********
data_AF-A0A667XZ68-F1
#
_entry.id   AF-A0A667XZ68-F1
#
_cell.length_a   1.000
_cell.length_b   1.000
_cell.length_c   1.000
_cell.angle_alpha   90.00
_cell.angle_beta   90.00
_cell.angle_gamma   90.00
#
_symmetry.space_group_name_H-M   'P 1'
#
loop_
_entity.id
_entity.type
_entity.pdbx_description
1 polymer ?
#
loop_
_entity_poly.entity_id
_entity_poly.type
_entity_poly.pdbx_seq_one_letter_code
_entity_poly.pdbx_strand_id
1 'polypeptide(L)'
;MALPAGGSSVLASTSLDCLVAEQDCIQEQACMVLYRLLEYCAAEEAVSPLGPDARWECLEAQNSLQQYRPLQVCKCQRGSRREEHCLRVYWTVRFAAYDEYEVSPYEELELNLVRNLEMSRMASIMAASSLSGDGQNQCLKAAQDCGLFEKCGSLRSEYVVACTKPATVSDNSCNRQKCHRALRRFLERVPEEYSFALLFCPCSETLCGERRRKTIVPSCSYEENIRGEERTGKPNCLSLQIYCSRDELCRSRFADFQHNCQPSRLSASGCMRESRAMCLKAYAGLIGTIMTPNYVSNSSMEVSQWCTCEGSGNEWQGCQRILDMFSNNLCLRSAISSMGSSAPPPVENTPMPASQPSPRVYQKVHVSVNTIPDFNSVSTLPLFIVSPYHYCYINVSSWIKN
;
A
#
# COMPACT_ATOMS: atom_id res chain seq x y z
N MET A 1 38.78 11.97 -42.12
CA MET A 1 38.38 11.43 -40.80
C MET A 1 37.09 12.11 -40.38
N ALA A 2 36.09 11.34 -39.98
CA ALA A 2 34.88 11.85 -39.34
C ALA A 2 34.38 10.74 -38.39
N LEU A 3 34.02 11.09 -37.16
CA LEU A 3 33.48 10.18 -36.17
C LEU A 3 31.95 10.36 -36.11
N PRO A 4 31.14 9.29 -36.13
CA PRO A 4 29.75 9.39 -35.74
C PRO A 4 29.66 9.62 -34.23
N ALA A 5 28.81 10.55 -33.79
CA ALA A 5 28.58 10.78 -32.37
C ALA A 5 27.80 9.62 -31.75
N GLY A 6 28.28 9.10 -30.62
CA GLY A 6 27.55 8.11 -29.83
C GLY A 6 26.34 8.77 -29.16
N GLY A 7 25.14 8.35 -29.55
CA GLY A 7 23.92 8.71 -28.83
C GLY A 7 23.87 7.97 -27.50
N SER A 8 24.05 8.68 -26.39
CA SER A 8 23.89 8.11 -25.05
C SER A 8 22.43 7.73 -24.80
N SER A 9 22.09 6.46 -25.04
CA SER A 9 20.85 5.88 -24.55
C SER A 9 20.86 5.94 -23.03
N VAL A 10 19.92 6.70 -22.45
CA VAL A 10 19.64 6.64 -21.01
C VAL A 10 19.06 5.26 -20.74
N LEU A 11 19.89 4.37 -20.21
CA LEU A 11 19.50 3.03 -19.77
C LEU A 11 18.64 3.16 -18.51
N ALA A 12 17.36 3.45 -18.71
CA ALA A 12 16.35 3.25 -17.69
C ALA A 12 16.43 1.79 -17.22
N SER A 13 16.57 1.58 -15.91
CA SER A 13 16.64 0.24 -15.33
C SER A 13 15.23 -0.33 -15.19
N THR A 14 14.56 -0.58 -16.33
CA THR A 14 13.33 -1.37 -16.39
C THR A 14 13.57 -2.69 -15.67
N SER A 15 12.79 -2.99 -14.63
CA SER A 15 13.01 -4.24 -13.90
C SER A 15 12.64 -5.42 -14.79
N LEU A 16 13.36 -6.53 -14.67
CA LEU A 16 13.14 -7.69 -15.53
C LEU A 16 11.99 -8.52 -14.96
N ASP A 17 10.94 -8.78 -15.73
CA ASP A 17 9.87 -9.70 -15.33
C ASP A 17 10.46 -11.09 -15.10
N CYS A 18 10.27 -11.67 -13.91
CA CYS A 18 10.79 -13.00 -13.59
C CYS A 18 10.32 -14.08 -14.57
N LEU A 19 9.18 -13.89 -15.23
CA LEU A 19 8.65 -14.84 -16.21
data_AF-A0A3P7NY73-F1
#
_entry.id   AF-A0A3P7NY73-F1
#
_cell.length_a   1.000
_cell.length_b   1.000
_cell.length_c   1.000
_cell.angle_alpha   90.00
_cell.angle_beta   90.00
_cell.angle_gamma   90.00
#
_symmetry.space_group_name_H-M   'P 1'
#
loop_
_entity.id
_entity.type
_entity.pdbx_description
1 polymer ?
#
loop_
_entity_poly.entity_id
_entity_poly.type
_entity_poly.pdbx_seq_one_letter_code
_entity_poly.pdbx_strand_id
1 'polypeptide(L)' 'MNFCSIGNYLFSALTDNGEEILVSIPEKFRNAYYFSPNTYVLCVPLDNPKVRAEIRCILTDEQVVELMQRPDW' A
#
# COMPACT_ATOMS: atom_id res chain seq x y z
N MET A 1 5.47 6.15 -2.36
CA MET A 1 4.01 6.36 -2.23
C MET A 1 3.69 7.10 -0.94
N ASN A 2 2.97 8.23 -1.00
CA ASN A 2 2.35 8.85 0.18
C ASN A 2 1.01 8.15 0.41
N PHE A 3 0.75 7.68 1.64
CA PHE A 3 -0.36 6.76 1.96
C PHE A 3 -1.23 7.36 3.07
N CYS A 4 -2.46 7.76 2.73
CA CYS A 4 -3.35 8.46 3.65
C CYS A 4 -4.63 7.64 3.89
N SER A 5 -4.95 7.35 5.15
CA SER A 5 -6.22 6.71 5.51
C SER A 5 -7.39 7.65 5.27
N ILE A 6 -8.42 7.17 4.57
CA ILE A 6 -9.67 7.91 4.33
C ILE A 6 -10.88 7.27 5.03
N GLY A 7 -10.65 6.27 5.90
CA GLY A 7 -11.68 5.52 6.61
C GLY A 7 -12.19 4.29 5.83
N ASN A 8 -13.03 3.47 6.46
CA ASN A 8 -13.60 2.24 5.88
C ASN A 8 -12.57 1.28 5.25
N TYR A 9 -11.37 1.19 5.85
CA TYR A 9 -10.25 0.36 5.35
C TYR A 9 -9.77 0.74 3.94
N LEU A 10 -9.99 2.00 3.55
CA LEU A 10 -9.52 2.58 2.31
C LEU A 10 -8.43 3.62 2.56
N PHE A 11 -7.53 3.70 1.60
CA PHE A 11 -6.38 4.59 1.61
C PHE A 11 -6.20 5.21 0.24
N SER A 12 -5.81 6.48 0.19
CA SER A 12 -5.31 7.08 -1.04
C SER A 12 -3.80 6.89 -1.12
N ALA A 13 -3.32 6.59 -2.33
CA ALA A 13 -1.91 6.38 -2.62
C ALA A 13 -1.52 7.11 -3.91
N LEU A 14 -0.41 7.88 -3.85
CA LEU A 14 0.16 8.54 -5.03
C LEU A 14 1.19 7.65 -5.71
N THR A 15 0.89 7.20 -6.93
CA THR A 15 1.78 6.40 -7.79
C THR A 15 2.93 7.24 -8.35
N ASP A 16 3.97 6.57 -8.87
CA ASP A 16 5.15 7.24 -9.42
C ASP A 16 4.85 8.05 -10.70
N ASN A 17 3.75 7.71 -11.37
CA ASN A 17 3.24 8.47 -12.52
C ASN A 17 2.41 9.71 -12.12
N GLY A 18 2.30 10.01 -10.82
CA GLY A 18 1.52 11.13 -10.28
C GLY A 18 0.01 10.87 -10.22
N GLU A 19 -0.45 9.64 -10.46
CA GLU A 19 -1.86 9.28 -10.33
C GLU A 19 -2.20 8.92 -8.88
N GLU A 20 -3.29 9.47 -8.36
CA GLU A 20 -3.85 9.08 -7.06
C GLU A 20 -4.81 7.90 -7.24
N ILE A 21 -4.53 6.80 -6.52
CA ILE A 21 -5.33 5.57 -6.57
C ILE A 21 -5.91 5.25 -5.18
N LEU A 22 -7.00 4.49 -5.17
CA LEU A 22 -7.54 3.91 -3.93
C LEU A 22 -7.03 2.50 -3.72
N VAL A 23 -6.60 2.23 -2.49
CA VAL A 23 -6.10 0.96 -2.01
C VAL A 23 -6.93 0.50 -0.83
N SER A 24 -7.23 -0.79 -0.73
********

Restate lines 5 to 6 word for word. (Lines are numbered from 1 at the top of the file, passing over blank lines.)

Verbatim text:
_cell.length_a   1.000
_cell.length_b   1.000